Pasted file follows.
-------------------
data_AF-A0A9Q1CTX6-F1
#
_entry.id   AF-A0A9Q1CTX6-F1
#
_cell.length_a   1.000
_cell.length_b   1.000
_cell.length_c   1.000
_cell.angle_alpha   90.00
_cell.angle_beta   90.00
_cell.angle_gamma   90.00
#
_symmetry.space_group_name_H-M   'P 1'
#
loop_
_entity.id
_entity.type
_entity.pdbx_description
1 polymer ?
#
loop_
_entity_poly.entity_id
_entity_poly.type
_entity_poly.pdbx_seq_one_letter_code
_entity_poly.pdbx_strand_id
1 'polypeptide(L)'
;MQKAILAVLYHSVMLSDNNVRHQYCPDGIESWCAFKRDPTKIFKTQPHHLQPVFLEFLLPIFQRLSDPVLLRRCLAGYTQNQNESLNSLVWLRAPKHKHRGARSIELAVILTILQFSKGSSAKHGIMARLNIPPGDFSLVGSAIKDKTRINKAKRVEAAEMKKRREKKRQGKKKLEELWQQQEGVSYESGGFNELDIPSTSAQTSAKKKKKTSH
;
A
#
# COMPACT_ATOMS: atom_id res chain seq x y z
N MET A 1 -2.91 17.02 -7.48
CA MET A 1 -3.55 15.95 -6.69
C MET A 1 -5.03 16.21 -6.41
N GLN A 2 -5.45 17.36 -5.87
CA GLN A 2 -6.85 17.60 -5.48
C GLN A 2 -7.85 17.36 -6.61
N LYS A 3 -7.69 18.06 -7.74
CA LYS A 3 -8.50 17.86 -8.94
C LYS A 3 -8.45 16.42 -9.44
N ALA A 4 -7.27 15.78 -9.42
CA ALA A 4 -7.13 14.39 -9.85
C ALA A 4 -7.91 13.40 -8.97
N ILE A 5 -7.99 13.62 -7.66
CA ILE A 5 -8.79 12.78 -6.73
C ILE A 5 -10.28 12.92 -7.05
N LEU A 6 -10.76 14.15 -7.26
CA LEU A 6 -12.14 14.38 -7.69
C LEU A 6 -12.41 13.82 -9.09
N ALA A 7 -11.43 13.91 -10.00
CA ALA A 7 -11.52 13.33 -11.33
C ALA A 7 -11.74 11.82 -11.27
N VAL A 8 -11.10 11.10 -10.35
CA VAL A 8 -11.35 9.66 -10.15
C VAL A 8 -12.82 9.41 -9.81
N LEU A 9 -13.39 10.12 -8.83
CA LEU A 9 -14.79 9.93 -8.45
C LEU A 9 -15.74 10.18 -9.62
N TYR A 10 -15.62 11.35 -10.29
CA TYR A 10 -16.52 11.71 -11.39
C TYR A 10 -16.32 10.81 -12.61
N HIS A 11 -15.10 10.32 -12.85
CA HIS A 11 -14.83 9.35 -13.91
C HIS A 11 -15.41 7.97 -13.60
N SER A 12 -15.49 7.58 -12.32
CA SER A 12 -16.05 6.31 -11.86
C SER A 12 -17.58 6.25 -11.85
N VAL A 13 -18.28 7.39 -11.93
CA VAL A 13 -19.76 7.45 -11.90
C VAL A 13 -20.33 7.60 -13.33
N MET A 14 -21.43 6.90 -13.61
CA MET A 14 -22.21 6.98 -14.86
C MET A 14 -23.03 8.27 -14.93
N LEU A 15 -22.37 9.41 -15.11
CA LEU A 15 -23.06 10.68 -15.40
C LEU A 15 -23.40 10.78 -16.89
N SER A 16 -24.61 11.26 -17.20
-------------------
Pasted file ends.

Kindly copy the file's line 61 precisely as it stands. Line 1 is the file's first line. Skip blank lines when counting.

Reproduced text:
N HIS A 11 -15.10 10.32 -12.85